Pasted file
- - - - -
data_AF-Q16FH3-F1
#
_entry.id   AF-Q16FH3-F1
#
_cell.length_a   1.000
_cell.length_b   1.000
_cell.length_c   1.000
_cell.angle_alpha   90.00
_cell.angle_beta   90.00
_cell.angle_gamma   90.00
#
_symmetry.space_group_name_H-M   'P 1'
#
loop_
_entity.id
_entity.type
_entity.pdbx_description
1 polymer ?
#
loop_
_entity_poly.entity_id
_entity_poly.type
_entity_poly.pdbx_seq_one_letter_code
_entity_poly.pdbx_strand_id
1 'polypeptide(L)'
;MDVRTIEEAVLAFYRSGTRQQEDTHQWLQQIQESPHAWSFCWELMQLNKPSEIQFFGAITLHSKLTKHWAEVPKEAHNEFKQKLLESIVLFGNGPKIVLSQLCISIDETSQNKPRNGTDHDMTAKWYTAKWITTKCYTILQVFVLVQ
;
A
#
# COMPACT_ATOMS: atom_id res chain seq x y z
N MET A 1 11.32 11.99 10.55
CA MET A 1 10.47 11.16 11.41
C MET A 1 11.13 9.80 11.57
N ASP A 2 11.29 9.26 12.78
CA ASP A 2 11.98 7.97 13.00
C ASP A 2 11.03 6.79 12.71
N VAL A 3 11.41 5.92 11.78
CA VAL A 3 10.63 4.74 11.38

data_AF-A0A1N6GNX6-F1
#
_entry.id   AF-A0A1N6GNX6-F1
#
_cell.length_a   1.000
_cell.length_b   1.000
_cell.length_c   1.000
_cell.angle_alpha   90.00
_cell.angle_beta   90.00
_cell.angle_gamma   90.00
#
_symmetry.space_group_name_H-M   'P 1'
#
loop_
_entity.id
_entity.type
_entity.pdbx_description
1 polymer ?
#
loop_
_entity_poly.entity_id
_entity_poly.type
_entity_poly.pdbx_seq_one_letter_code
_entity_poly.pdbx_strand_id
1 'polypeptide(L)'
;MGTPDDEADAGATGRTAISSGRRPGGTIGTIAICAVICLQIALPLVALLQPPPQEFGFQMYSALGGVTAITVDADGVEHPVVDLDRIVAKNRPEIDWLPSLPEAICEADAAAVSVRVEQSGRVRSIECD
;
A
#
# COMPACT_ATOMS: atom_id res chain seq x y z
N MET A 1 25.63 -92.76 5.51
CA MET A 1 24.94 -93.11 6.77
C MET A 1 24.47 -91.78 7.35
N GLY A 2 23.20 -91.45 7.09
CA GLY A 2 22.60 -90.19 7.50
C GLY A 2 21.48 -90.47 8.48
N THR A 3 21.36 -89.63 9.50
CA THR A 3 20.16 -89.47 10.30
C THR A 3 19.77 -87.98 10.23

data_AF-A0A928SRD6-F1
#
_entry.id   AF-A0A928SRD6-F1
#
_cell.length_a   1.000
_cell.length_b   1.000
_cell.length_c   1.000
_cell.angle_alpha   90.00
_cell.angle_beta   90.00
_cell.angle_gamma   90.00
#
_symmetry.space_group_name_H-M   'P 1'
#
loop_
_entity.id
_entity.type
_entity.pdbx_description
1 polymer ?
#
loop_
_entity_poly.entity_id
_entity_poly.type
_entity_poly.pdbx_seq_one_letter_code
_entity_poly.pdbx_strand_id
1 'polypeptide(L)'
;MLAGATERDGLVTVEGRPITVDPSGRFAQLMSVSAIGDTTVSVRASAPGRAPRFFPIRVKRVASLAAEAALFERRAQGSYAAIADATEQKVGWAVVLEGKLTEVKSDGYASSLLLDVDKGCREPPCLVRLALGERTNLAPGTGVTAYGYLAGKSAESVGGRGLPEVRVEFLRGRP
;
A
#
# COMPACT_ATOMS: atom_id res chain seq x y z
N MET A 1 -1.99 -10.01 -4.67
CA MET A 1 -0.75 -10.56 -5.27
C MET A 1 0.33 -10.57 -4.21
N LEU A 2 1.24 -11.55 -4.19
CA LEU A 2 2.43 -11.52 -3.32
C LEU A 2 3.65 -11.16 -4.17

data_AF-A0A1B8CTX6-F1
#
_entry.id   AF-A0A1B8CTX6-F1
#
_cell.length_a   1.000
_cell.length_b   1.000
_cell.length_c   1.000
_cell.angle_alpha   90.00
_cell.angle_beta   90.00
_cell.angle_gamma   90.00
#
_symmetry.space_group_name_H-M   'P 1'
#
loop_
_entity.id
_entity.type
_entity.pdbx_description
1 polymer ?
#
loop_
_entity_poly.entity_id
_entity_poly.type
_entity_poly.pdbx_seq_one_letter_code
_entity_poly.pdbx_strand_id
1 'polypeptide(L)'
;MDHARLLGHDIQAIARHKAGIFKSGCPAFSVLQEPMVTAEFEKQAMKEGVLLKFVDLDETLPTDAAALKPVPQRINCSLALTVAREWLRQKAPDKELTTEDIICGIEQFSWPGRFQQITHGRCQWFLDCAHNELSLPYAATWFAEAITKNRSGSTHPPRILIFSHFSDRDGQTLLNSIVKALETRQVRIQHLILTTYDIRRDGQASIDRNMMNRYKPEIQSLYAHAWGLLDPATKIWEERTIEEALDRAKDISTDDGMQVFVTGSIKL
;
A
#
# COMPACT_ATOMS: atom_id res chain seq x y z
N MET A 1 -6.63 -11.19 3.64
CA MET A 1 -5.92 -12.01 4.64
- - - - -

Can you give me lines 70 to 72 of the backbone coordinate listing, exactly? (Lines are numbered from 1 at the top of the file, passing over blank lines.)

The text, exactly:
CA MET A 1 24.94 -93.11 6.77
C MET A 1 24.47 -91.78 7.35
N GLY A 2 23.20 -91.45 7.09